Hi, my name is Angela, and as the wife of a mechanic, I was constantly tripping over car parts and complaining about the rows of project cars lining our garden. However, after a few years, I quit complaining and actually found joy in the art of auto repair. Inspired by that classic book, "Zen and the Art of Motorcycle Maintenance", I decided to start working on cars with my husband. This blog is the culmination of everything I have learned and more. I hope you enjoy reading it and that my tips and ideas guide you toward a healthier car and a happier, safer driving experience.
The phrase "panel beater" is something of a misnomer. It suggests that the individual in question adopts an aggressive stance as he or she fights with your damaged car to try and affect the repair. In truth, the work is much more sophisticated and is a result of years of training combined with modern-day technology. You may wonder what the process involves, and it's good to have a broad knowledge of what will take place. So how does a panel beater go about repairing your vehicle?
Much will depend on the extent of the damage, but no matter what, this operation requires a lot of skill. Several different stages are involved, and the job is typically more challenging due to the exotic design of the modern car. Manufacturers insist that their vehicles stand out from the crowd and will often include unusual contours and flowing styles. This may look nice to the average car buyer but will certainly create an additional challenge for the panel beater.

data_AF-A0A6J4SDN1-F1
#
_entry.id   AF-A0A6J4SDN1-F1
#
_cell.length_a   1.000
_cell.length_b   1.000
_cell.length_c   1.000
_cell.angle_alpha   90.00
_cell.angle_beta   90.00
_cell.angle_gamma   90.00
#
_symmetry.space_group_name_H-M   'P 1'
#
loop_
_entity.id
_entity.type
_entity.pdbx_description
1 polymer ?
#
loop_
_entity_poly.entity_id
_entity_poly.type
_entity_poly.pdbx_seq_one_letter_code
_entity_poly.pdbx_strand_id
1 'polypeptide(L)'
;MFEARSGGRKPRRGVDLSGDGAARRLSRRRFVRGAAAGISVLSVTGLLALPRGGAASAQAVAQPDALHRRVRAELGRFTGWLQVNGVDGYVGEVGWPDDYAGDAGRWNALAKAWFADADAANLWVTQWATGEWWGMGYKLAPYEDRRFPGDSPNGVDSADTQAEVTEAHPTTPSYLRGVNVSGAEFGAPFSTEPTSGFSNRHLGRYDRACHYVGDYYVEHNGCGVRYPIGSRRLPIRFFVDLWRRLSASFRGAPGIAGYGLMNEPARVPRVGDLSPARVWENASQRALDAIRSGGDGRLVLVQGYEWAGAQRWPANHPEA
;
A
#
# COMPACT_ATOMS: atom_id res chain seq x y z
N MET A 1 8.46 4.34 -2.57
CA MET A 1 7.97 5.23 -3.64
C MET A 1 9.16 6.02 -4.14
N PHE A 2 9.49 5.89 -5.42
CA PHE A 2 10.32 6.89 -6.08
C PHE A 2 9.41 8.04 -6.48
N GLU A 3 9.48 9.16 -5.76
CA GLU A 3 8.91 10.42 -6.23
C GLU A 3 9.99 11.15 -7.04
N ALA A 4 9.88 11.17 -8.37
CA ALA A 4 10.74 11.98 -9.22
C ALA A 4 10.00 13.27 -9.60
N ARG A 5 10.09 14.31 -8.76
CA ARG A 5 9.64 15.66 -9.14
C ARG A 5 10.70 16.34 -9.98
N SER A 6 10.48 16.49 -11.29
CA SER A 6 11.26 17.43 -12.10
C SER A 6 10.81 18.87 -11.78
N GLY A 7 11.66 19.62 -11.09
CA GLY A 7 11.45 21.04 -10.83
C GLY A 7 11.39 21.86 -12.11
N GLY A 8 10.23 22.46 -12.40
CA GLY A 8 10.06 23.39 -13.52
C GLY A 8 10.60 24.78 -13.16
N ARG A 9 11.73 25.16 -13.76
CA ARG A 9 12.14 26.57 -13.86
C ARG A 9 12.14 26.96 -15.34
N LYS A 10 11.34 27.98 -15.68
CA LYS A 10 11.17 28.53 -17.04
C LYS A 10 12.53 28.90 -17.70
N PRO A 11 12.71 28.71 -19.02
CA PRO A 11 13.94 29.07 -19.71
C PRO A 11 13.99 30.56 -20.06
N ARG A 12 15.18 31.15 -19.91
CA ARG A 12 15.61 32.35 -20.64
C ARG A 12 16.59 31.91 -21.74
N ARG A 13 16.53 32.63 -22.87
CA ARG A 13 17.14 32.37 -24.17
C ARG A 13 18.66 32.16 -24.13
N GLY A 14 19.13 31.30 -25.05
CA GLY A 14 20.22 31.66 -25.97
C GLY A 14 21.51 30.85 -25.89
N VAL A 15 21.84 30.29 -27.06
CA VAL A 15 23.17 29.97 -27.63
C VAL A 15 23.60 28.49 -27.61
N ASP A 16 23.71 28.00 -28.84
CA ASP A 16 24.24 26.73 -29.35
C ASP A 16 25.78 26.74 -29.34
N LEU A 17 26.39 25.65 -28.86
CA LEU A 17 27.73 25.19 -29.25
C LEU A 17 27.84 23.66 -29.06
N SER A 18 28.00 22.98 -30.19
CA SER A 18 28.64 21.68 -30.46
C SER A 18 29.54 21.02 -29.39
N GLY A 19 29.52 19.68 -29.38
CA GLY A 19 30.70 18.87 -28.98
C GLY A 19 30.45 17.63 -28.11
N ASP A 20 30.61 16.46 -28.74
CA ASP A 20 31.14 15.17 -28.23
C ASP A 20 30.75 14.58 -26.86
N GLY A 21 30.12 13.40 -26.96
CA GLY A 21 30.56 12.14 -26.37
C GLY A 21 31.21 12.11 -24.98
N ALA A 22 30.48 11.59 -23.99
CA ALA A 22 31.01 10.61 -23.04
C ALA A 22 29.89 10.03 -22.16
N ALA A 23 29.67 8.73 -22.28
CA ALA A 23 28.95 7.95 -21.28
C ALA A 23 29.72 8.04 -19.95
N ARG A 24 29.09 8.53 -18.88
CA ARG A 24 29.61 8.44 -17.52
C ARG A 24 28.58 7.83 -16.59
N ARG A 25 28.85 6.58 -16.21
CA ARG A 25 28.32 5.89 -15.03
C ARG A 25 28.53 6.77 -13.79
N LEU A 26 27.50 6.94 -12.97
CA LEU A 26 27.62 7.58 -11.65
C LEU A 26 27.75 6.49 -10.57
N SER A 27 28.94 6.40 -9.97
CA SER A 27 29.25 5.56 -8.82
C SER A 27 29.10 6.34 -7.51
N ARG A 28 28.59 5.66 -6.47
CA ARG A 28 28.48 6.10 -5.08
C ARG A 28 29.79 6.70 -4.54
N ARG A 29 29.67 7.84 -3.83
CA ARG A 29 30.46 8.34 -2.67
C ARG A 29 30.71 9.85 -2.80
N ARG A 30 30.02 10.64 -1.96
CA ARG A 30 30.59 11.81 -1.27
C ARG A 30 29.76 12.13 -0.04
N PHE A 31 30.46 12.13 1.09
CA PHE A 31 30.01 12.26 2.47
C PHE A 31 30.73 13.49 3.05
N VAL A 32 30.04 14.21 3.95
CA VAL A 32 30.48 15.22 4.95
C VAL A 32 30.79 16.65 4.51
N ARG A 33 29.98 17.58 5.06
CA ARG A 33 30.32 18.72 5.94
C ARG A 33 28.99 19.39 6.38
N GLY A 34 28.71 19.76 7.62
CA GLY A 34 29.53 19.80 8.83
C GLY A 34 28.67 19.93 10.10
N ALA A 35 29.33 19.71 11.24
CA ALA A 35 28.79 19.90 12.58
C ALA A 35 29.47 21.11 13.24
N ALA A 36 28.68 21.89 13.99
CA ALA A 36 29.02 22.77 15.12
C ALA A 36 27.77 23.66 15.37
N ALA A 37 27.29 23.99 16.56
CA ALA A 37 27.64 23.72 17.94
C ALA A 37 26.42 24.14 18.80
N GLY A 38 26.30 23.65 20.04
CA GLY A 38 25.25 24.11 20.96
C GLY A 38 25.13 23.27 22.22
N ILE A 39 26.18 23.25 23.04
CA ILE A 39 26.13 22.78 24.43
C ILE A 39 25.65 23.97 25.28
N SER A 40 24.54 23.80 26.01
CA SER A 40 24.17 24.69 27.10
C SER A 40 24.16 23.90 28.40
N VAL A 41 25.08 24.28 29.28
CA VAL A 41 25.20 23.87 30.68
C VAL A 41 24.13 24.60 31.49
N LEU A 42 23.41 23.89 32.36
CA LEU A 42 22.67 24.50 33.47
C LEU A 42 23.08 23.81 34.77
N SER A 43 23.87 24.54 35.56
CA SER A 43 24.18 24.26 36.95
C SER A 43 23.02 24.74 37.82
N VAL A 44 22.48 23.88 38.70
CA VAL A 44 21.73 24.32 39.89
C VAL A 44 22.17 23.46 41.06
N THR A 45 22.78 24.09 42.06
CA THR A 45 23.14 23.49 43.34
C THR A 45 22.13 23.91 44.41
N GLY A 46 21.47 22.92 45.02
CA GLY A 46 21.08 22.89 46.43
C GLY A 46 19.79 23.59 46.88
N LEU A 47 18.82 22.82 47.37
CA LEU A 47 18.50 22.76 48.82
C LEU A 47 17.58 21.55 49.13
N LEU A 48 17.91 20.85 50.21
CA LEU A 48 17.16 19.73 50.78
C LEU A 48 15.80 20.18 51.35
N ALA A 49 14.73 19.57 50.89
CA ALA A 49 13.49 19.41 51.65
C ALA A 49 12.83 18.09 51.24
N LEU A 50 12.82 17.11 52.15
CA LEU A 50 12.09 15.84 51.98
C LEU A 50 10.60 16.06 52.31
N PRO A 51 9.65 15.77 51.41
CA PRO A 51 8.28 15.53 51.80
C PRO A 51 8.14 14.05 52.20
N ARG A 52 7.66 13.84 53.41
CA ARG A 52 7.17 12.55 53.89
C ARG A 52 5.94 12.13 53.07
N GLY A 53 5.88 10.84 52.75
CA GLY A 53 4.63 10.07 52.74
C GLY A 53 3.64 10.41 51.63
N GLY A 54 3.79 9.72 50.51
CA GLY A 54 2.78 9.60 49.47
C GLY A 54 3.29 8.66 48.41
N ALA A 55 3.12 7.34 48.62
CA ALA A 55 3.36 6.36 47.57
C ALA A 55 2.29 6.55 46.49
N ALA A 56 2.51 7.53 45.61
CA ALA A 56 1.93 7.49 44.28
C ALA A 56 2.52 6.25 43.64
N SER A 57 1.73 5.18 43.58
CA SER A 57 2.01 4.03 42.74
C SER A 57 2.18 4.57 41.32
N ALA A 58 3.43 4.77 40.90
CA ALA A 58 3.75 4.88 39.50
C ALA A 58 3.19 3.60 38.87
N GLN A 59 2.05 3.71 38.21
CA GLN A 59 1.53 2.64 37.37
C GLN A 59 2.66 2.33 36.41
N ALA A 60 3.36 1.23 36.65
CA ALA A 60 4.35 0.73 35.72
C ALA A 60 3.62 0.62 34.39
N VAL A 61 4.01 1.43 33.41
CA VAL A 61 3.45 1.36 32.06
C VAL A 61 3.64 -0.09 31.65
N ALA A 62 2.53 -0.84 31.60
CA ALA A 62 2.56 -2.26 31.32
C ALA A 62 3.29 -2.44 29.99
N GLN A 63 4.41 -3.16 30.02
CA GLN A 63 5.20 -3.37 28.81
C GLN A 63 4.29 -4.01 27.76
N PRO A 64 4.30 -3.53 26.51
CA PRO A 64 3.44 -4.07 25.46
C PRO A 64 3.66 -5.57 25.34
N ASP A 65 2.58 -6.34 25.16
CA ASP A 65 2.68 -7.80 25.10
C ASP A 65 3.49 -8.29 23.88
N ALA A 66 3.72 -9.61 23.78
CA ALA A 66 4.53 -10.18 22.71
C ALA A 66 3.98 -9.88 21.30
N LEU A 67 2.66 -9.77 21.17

The first step usually involves an evaluation and some changes to the estimate provided by the insurance company. Some exterior body panels may need to be removed to reveal additional damage, and checks will be made to ensure that the chassis is still perfectly aligned.
Shrinking or Stretching
Sometimes a particular panel can simply be swapped out with a brand-new version and bolted into place without any issue. On other occasions, the panel will need to be reshaped through a process of shrinking or stretching. Here, the panel beater will apply heat to the surface and will then use a number of different hammers to reshape the metal.
Once the metal has been beaten back to its approximate and original shape, different tools are introduced in a process known as 'planishing'. The panel beater will hold a tool called a 'dolly' in one hand and push the metal against it with a number of different hammers. Many different dollies can be used with a variety of different techniques in order to replicate the original contour.
Still, there's only so much that the technician can do when planishing, and in order to perfect the job, they will need to fill in and smooth out a variety of small imperfections. To achieve this, they will use putty filler and will let it harden before they can move onto the next stage.
Before the vehicle can be painted, the panels must be perfectly smooth and will therefore need to be sanded. There are many different types of sanding pads, and these are applied with or without water depending on the task at hand. The expert will be able to remove excess metal gradually until the job is complete.
Time for Paint
Typically, the panel beater will then hand the vehicle over to the spray shop, where several layers of paint will be applied over the course of several days.
As you can see, there is a lot of work and a good degree of expertise involved. Make sure that you take your vehicle into an experienced facility so that the job is completed to your satisfaction.
Call a company like Dandy Smash Repairs for more information about panel beating.Share